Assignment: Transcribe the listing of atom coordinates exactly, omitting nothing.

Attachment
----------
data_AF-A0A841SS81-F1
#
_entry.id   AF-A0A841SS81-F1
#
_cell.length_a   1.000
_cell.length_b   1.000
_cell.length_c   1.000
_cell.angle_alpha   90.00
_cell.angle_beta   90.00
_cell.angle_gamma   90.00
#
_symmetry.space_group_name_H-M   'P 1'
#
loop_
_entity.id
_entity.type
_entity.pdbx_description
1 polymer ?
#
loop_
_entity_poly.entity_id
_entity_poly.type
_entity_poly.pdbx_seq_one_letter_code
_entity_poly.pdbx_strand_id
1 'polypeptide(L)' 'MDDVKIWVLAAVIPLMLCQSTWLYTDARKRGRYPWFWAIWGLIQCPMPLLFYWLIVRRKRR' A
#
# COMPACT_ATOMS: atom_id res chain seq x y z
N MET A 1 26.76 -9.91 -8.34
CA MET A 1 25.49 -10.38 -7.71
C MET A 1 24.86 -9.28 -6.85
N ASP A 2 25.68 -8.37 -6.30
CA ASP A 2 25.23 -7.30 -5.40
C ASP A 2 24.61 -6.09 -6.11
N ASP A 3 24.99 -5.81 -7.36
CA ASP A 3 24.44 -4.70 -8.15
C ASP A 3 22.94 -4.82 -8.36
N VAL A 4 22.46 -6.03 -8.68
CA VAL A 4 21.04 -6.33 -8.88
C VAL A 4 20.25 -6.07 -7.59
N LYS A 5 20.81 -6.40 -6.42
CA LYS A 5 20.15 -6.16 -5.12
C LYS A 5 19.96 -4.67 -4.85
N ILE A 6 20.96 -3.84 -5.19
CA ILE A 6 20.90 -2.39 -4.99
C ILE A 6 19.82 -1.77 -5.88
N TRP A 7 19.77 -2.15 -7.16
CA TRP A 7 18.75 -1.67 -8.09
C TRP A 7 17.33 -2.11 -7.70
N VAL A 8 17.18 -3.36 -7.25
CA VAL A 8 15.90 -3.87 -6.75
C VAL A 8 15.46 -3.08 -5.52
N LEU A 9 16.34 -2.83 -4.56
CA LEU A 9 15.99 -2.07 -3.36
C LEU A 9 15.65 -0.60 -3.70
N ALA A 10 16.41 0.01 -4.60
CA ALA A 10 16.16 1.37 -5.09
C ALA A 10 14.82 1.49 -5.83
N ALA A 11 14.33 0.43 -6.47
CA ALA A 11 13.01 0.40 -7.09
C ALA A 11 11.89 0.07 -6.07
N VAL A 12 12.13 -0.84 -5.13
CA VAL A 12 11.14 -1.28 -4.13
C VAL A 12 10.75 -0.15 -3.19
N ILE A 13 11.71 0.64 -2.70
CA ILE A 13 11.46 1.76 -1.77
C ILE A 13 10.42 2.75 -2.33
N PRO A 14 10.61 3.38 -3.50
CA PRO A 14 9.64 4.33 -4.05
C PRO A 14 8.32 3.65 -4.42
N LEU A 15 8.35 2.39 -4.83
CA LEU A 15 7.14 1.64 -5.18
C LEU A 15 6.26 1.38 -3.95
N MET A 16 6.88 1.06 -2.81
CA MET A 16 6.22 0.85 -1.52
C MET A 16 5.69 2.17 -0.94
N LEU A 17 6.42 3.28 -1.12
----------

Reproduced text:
data_AF-A0A841SS81-F1
#
_entry.id   AF-A0A841SS81-F1
#
_cell.length_a   1.000
_cell.length_b   1.000
_cell.length_c   1.000
_cell.angle_alpha   90.00
_cell.angle_beta   90.00
_cell.angle_gamma   90.00
#
_symmetry.space_group_name_H-M   'P 1'
#
loop_
_entity.id
_entity.type
_entity.pdbx_description
1 polymer ?
#
loop_
_entity_poly.entity_id
_entity_poly.type
_entity_poly.pdbx_seq_one_letter_code
_entity_poly.pdbx_strand_id
1 'polypeptide(L)' 'MDDVKIWVLAAVIPLMLCQSTWLYTDARKRGRYPWFWAIWGLIQCPMPLLFYWLIVRRKRR' A
#
# COMPACT_ATOMS: atom_id res chain seq x y z
N MET A 1 26.76 -9.91 -8.34
CA MET A 1 25.49 -10.38 -7.71
C MET A 1 24.86 -9.28 -6.85
N ASP A 2 25.68 -8.37 -6.30
CA ASP A 2 25.23 -7.30 -5.40
C ASP A 2 24.61 -6.09 -6.11
N ASP A 3 24.99 -5.81 -7.36
CA ASP A 3 24.44 -4.70 -8.15
C ASP A 3 22.94 -4.82 -8.36
N VAL A 4 22.46 -6.03 -8.68
CA VAL A 4 21.04 -6.33 -8.88
C VAL A 4 20.25 -6.07 -7.59
N LYS A 5 20.81 -6.40 -6.42
CA LYS A 5 20.15 -6.16 -5.12
C LYS A 5 19.96 -4.67 -4.85
N ILE A 6 20.96 -3.84 -5.19
CA ILE A 6 20.90 -2.39 -4.99
C ILE A 6 19.82 -1.77 -5.88
N TRP A 7 19.77 -2.15 -7.16
CA TRP A 7 18.75 -1.67 -8.09
C TRP A 7 17.33 -2.11 -7.70
N VAL A 8 17.18 -3.36 -7.25
CA VAL A 8 15.90 -3.87 -6.75
C VAL A 8 15.46 -3.08 -5.52
N LEU A 9 16.34 -2.83 -4.56
CA LEU A 9 15.99 -2.07 -3.36
C LEU A 9 15.65 -0.60 -3.70
N ALA A 10 16.41 0.01 -4.60
CA ALA A 10 16.16 1.37 -5.09
C ALA A 10 14.82 1.49 -5.83
N ALA A 11 14.33 0.43 -6.47
CA ALA A 11 13.01 0.40 -7.09
C ALA A 11 11.89 0.07 -6.07
N VAL A 12 12.13 -0.84 -5.13
CA VAL A 12 11.14 -1.28 -4.13
C VAL A 12 10.75 -0.15 -3.19
N ILE A 13 11.71 0.64 -2.70
CA ILE A 13 11.46 1.76 -1.77
C ILE A 13 10.42 2.75 -2.33
N PRO A 14 10.61 3.38 -3.50
CA PRO A 14 9.64 4.33 -4.05
C PRO A 14 8.32 3.65 -4.42
N LEU A 15 8.35 2.39 -4.83
CA LEU A 15 7.14 1.64 -5.18
C LEU A 15 6.26 1.38 -3.95
N MET A 16 6.88 1.06 -2.81
CA MET A 16 6.22 0.85 -1.52
C MET A 16 5.69 2.17 -0.94
N LEU A 17 6.42 3.28 -1.12